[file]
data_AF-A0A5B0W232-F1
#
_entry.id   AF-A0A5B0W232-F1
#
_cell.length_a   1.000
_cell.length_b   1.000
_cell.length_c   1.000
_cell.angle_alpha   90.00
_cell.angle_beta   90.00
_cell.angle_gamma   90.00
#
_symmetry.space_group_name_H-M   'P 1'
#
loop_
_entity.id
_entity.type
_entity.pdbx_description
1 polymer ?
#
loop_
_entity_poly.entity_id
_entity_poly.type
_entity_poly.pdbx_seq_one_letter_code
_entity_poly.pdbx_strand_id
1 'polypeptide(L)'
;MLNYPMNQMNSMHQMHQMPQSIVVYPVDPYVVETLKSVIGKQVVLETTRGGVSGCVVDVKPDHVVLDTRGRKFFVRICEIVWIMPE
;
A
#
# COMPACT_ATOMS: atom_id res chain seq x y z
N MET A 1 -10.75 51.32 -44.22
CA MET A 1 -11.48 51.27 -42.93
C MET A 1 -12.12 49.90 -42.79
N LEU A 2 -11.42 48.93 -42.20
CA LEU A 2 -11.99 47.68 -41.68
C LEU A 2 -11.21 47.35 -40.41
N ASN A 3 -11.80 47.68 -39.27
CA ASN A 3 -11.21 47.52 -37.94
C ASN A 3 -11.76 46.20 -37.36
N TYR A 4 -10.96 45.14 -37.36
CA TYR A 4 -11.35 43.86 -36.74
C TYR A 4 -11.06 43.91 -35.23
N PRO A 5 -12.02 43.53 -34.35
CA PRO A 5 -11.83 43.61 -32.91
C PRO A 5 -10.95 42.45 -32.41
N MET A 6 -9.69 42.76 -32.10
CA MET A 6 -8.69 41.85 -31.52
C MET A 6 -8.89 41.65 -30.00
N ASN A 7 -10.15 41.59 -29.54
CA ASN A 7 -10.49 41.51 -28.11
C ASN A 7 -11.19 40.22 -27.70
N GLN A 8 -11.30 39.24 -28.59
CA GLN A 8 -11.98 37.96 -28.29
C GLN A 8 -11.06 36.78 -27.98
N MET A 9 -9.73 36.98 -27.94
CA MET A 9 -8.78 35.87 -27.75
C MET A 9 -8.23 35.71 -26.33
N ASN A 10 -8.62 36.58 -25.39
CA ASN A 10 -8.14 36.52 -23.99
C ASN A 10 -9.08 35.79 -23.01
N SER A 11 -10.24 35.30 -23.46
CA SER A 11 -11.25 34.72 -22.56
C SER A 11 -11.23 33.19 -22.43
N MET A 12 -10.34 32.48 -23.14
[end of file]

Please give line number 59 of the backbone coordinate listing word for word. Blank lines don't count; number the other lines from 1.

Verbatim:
CA ASN A 10 -8.14 36.52 -23.99